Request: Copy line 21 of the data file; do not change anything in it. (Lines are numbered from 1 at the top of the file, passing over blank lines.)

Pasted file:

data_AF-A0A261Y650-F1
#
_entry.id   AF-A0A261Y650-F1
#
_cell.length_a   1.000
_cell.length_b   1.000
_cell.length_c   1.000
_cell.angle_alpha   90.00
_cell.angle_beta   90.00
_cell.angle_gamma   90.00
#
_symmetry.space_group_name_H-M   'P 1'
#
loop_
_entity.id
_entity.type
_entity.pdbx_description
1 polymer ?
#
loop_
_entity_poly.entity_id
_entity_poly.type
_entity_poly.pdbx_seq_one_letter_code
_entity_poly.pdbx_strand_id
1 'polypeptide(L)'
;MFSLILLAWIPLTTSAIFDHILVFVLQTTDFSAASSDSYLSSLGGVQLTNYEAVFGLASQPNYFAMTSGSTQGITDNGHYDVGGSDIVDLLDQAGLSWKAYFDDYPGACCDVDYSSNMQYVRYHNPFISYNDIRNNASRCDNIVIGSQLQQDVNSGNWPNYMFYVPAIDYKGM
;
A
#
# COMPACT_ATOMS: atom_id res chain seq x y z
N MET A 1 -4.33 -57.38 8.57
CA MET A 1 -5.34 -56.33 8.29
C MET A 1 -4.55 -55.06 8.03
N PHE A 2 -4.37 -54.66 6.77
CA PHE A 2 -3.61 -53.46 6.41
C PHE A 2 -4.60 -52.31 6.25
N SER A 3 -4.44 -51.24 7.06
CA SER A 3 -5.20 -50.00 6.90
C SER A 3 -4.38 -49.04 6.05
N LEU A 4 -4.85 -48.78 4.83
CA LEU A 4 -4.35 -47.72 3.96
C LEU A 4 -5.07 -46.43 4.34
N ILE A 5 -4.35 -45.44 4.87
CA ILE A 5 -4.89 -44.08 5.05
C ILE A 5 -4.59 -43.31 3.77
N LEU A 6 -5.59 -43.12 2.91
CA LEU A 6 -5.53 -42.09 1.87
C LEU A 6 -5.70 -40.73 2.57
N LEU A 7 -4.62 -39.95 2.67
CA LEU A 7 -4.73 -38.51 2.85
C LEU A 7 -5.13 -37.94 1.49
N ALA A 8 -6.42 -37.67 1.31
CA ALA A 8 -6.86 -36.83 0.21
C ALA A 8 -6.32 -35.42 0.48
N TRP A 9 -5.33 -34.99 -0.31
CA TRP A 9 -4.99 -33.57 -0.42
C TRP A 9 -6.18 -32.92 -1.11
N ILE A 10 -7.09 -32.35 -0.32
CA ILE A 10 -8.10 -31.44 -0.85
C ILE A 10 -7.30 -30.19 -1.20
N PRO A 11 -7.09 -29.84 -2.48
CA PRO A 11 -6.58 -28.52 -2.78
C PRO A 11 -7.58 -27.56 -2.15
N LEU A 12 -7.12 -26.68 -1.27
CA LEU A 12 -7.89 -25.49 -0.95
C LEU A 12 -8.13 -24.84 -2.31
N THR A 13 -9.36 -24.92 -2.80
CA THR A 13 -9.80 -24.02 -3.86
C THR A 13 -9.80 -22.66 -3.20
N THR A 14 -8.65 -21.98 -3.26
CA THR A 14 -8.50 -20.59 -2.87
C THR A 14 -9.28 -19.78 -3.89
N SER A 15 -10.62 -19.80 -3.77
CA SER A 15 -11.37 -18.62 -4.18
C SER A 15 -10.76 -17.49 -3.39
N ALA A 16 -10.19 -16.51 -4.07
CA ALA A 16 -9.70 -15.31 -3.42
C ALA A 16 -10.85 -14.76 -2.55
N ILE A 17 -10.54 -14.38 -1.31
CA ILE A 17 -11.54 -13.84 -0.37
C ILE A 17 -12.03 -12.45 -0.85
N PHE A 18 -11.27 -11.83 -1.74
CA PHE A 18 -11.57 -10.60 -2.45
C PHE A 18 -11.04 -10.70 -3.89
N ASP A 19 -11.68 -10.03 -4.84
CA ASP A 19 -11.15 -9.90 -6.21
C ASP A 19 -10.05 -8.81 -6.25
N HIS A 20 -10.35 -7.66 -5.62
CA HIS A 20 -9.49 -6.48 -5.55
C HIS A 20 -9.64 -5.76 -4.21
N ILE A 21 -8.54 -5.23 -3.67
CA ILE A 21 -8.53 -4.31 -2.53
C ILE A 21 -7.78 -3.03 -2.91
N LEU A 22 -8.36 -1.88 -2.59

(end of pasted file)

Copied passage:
_entity_poly.entity_id